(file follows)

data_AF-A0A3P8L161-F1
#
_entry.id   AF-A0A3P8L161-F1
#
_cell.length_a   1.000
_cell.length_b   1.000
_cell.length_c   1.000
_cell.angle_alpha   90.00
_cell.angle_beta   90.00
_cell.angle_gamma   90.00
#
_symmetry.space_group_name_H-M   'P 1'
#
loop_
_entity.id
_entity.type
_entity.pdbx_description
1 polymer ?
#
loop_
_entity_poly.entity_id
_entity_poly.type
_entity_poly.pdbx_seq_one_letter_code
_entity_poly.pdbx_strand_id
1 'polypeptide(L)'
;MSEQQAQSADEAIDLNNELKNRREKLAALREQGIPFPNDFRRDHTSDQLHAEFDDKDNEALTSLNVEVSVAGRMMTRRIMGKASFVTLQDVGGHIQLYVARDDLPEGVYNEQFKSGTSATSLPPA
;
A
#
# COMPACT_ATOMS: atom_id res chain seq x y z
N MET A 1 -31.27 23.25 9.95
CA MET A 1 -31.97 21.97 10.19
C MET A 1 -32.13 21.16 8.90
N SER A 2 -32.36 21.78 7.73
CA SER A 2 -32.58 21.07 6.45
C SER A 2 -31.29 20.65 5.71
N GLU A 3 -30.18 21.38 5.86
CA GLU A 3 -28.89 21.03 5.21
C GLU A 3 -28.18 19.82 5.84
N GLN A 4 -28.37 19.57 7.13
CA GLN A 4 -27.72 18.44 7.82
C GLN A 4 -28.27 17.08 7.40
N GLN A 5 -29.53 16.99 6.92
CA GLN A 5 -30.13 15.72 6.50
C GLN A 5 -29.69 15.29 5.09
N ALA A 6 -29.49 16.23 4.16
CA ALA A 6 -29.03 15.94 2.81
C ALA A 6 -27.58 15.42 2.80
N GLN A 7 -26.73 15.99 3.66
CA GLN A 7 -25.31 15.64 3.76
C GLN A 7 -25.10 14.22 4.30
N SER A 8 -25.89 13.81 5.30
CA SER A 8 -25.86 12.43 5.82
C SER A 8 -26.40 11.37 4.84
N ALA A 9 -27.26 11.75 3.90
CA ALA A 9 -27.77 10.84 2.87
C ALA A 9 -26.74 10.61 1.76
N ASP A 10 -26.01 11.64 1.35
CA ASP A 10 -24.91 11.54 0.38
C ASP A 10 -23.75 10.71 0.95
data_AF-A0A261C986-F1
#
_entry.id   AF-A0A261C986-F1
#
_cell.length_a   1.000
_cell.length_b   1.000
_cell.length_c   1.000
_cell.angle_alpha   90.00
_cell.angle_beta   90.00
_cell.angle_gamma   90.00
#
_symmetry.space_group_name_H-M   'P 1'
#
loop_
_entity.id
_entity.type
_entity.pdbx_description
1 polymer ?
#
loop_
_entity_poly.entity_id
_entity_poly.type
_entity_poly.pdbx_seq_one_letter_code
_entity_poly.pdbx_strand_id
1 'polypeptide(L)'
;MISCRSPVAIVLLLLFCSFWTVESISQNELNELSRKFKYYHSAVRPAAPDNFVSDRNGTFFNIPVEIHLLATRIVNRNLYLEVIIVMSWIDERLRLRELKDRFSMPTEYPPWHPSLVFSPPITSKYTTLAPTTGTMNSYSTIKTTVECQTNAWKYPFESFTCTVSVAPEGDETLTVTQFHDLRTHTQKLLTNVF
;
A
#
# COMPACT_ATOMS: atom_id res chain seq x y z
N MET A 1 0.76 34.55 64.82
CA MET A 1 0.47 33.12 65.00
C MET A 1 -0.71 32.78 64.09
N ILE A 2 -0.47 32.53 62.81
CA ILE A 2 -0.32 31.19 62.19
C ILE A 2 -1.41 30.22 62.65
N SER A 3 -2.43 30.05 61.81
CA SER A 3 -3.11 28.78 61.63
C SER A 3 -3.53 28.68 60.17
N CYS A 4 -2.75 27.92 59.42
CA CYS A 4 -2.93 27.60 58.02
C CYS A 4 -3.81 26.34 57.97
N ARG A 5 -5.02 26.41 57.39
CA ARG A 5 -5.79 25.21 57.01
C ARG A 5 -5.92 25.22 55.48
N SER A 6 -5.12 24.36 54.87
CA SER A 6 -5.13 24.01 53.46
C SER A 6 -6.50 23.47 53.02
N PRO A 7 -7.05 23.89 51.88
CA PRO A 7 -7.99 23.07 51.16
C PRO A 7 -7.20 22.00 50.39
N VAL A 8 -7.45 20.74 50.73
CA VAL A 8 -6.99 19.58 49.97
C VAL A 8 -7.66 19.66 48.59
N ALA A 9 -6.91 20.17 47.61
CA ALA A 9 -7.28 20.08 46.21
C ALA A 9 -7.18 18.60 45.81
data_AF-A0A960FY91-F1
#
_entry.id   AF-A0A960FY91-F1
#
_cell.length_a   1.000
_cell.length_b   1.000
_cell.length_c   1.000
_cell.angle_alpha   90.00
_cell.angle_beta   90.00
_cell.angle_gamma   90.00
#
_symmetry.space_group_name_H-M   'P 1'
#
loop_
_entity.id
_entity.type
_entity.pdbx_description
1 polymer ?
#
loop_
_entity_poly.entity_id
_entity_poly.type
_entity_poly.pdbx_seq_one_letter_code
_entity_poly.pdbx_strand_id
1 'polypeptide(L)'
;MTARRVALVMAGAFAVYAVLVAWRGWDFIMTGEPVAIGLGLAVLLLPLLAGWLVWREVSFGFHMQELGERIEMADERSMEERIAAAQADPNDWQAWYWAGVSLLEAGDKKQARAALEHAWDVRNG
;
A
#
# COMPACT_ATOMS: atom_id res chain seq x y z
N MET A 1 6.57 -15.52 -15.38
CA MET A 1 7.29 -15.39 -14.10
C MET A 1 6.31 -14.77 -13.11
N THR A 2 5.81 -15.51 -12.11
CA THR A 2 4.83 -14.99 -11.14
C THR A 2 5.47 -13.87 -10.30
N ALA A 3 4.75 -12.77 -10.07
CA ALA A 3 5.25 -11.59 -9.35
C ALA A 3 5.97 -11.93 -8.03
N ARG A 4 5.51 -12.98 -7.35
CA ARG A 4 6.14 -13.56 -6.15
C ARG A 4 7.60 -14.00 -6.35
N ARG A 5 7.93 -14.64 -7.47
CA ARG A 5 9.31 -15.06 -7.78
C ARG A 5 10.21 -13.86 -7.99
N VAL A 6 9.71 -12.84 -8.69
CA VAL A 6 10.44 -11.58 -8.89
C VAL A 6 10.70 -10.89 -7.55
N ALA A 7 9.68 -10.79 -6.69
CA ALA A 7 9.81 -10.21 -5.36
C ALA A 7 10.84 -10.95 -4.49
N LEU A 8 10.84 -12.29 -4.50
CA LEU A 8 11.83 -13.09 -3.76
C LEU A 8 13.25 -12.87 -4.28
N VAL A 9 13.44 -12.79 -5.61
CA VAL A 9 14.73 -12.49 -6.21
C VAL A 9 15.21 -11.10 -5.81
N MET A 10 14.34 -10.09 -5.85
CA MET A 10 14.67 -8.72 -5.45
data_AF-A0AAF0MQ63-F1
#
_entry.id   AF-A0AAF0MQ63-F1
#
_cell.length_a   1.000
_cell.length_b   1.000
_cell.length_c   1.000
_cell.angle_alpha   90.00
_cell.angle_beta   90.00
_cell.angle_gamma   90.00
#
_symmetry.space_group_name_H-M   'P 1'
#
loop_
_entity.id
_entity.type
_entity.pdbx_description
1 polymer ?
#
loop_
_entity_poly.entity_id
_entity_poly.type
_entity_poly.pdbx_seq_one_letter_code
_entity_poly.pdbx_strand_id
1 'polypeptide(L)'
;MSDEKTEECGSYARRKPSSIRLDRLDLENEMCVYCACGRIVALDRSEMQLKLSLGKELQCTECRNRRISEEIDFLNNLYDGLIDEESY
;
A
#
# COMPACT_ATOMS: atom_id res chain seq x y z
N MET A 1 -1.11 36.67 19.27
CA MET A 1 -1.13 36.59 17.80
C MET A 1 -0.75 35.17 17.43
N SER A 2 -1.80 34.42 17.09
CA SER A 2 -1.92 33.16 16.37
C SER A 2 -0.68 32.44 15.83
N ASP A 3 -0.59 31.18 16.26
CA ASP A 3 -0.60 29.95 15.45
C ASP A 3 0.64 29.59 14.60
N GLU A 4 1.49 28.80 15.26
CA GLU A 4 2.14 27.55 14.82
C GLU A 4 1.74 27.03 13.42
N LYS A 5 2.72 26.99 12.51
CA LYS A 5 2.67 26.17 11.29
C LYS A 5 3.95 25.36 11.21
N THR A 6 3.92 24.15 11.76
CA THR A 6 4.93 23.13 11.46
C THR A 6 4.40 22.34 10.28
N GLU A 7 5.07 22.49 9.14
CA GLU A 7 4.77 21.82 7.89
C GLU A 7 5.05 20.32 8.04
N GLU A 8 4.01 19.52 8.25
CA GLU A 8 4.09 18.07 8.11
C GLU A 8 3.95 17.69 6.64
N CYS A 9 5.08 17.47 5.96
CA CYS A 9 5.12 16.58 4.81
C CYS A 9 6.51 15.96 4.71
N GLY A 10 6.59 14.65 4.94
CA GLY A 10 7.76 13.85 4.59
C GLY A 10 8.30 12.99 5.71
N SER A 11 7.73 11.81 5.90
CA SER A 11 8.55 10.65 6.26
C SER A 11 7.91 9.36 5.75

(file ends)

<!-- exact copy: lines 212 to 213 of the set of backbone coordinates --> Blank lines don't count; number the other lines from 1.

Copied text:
C SER A 2 -0.68 32.44 15.83
N ASP A 3 -0.59 31.18 16.26